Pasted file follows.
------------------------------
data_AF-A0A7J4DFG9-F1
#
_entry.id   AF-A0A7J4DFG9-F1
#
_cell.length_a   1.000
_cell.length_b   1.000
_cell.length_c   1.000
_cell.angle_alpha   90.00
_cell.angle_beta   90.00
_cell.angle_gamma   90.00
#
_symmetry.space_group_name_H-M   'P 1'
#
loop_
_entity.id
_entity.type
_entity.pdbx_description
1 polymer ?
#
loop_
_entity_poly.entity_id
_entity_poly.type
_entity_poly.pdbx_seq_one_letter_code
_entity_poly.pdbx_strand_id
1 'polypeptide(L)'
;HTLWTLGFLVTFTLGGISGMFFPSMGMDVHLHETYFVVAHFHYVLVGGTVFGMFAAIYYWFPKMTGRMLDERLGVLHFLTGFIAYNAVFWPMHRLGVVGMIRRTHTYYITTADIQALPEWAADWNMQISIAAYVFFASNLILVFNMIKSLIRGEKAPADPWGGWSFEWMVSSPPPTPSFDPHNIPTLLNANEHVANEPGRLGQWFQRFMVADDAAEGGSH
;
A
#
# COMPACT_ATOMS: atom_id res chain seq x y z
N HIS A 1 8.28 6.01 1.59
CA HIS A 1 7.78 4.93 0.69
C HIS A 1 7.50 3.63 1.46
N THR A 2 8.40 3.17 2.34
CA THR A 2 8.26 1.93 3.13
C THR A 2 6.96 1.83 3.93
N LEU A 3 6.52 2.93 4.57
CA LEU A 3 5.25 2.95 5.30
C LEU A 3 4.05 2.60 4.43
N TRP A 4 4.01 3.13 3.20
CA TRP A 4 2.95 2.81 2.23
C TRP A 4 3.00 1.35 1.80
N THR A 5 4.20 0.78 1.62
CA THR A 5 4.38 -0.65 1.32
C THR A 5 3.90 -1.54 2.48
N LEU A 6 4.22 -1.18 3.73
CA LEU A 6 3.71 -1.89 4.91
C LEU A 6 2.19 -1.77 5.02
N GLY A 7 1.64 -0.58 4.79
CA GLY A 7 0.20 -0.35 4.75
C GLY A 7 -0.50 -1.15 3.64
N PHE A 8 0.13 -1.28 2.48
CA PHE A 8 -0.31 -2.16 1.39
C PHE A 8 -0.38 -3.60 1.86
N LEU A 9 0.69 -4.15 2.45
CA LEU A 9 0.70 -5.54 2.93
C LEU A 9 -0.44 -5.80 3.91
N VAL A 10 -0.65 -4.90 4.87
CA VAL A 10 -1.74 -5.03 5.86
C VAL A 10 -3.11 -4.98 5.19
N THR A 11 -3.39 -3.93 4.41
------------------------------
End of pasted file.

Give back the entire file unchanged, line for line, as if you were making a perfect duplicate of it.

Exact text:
data_AF-A0A7J4DFG9-F1
#
_entry.id   AF-A0A7J4DFG9-F1
#
_cell.length_a   1.000
_cell.length_b   1.000
_cell.length_c   1.000
_cell.angle_alpha   90.00
_cell.angle_beta   90.00
_cell.angle_gamma   90.00
#
_symmetry.space_group_name_H-M   'P 1'
#
loop_
_entity.id
_entity.type
_entity.pdbx_description
1 polymer ?
#
loop_
_entity_poly.entity_id
_entity_poly.type
_entity_poly.pdbx_seq_one_letter_code
_entity_poly.pdbx_strand_id
1 'polypeptide(L)'
;HTLWTLGFLVTFTLGGISGMFFPSMGMDVHLHETYFVVAHFHYVLVGGTVFGMFAAIYYWFPKMTGRMLDERLGVLHFLTGFIAYNAVFWPMHRLGVVGMIRRTHTYYITTADIQALPEWAADWNMQISIAAYVFFASNLILVFNMIKSLIRGEKAPADPWGGWSFEWMVSSPPPTPSFDPHNIPTLLNANEHVANEPGRLGQWFQRFMVADDAAEGGSH
;
A
#
# COMPACT_ATOMS: atom_id res chain seq x y z
N HIS A 1 8.28 6.01 1.59
CA HIS A 1 7.78 4.93 0.69
C HIS A 1 7.50 3.63 1.46
N THR A 2 8.40 3.17 2.34
CA THR A 2 8.26 1.93 3.13
C THR A 2 6.96 1.83 3.93
N LEU A 3 6.52 2.93 4.57
CA LEU A 3 5.25 2.95 5.30
C LEU A 3 4.05 2.60 4.43
N TRP A 4 4.01 3.13 3.20
CA TRP A 4 2.95 2.81 2.23
C TRP A 4 3.00 1.35 1.80
N THR A 5 4.20 0.78 1.62
CA THR A 5 4.38 -0.65 1.32
C THR A 5 3.90 -1.54 2.48
N LEU A 6 4.22 -1.18 3.73
CA LEU A 6 3.71 -1.89 4.91
C LEU A 6 2.19 -1.77 5.02
N GLY A 7 1.64 -0.58 4.79
CA GLY A 7 0.20 -0.35 4.75
C GLY A 7 -0.50 -1.15 3.64
N PHE A 8 0.13 -1.28 2.48
CA PHE A 8 -0.31 -2.16 1.39
C PHE A 8 -0.38 -3.60 1.86
N LEU A 9 0.69 -4.15 2.45
CA LEU A 9 0.70 -5.54 2.93
C LEU A 9 -0.44 -5.80 3.91
N VAL A 10 -0.65 -4.90 4.87
CA VAL A 10 -1.74 -5.03 5.86
C VAL A 10 -3.11 -4.98 5.19
N THR A 11 -3.39 -3.93 4.41